The Perfect Pairing: Words and Wine
by Watch Staff
Jun 24, 2010 | 885 views | 0 0 comments | 13 13 recommendations | email to a friend | print
AMY IRVINE (Photo by Susie Grant)
AMY IRVINE (Photo by Susie Grant)
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TELLURIDE – Western Colorado writers Amy Irvine and Craig Childs will be teaching a reading/writing/hiking workshop at the Wilkinson Library during Telluride Wine Festival weekend, June 26-27. “Back to the Loin Cloth: Hunting & Gathering Sustenance Through the Art of Story” is a day-and-a-half workshop, open to anyone; no previous writing experience is necessary.

A highlight of the weekend will be a “He Said, She Said” improvisational performance between the two authors, which is free and open to the public, Saturday at 6-8 p.m., also at the library.

“We participated in two conferences together this year, one on public land and one on the future of publication in the literary world in the age of digital media,” says Irvine of how she and Childs came up with the idea of the workshop. “People are becoming so disconnected to the natural world and the story, but those are the things that have always defined us. In the tradition of storytelling, something is missing if it is transferred though a Kindle device or an iPad. We decided we needed to take the story back to the people.”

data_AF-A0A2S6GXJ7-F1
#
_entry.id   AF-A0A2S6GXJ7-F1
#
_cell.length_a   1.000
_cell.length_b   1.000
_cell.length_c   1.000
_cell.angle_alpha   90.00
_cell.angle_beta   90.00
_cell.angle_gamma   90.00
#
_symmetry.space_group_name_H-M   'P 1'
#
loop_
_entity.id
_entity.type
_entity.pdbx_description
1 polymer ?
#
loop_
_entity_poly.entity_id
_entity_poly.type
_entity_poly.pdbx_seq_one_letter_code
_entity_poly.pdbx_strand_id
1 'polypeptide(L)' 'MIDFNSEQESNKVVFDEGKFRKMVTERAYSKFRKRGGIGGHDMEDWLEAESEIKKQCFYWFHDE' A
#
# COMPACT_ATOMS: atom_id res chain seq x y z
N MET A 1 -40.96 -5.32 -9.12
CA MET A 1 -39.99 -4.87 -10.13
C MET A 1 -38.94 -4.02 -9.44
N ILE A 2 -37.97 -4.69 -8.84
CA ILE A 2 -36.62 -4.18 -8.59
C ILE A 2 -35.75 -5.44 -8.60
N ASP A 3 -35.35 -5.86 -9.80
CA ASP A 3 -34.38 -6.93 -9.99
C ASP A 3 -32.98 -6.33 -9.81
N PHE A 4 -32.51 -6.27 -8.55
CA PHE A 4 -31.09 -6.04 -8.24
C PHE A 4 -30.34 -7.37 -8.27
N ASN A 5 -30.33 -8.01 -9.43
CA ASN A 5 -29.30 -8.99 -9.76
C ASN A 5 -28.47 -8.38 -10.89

To that end, Irvine and Childs will dedicate the weekend to seeking out stories that that both stir the soul and appease the appetite. Class will convene both mornings (10 a.m.-4 p.m. Saturday; 9 a.m.-noon Sunday) at the Wilkinson Library, but will venture outside in search of fodder. Participants will explore through observation of the natural world, group discussion and writing exercises how to craft the story that is at once unique and universal – the story that sustains our humanity.

“This is not just for aspiring writers. It’s for anyone who cares about stories,” says Irvine.

For the Saturday’s improvisational performance, “The goal is to tease out the fullness of the story,” examining both external and internal landscapes, the masculine and the feminine – the opposites required to embrace all the complexities of a story.

“We don’t know where it will go, which is how I think most of us writers work,” says Irvine. “Hopefully the audience will be entertained.”

Cost for the workshop is $75. “We tried to make it very affordable,” says Irvine, who also hand picked Norwood student Siena Huebner to receive a scholarship to participate in the weekend workshop.

Childs’ most recent book, being released this summer, is called Finders Keepers: A Tale of Archaeological Plunder and Obsession. Irvine published Trespass: Living at the Edge of the Promised Land in 2008. The workshop and performance, as well as corresponding booksigning (after the performance), are being sponsored by the Wilkinson Public Library and Between the Covers. To sign up for the workshop, call 728-4519.
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